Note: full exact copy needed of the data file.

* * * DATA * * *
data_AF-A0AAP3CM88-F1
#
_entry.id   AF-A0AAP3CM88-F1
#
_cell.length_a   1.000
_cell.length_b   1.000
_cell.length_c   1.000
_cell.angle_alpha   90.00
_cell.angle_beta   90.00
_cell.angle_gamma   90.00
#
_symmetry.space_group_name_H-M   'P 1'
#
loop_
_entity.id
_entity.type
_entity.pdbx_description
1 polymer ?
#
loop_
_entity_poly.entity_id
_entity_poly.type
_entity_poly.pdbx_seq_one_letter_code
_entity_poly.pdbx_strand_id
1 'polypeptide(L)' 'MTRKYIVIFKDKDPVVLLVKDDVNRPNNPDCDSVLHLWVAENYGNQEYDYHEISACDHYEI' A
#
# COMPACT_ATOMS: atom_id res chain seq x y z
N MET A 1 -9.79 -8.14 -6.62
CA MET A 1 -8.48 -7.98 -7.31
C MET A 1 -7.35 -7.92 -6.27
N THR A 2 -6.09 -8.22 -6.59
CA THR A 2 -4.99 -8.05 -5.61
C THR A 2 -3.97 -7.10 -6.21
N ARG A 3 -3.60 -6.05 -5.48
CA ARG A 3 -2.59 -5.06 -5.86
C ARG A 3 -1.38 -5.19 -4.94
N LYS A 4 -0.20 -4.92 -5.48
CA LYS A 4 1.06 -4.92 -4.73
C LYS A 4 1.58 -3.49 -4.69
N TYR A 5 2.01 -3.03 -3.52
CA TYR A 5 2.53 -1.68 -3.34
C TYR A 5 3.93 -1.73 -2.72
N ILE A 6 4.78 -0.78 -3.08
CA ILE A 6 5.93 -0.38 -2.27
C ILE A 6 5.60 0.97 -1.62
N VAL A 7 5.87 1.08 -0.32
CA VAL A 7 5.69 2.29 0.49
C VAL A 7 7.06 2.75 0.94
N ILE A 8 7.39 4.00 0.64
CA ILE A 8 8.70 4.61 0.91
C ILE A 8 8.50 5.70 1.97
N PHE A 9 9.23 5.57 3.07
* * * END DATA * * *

data_AF-A0AAP3CM88-F1
#
_entry.id   AF-A0AAP3CM88-F1
#
_cell.length_a   1.000
_cell.length_b   1.000
_cell.length_c   1.000
_cell.angle_alpha   90.00
_cell.angle_beta   90.00
_cell.angle_gamma   90.00
#
_symmetry.space_group_name_H-M   'P 1'
#
loop_
_entity.id
_entity.type
_entity.pdbx_description
1 polymer ?
#
loop_
_entity_poly.entity_id
_entity_poly.type
_entity_poly.pdbx_seq_one_letter_code
_entity_poly.pdbx_strand_id
1 'polypeptide(L)' 'MTRKYIVIFKDKDPVVLLVKDDVNRPNNPDCDSVLHLWVAENYGNQEYDYHEISACDHYEI' A
#
# COMPACT_ATOMS: atom_id res chain seq x y z
N MET A 1 -9.79 -8.14 -6.62
CA MET A 1 -8.48 -7.98 -7.31
C MET A 1 -7.35 -7.92 -6.27
N THR A 2 -6.09 -8.22 -6.59
CA THR A 2 -4.99 -8.05 -5.61
C THR A 2 -3.97 -7.10 -6.21
N ARG A 3 -3.60 -6.05 -5.48
CA ARG A 3 -2.59 -5.06 -5.86
C ARG A 3 -1.38 -5.19 -4.94
N LYS A 4 -0.20 -4.92 -5.48
CA LYS A 4 1.06 -4.92 -4.73
C LYS A 4 1.58 -3.49 -4.69
N TYR A 5 2.01 -3.03 -3.52
CA TYR A 5 2.53 -1.68 -3.34
C TYR A 5 3.93 -1.73 -2.72
N ILE A 6 4.78 -0.78 -3.08
CA ILE A 6 5.93 -0.38 -2.27
C ILE A 6 5.60 0.97 -1.62
N VAL A 7 5.87 1.08 -0.32
CA VAL A 7 5.69 2.29 0.49
C VAL A 7 7.06 2.75 0.94
N ILE A 8 7.39 4.00 0.64
CA ILE A 8 8.70 4.61 0.91
C ILE A 8 8.50 5.70 1.97
N PHE A 9 9.23 5.57 3.07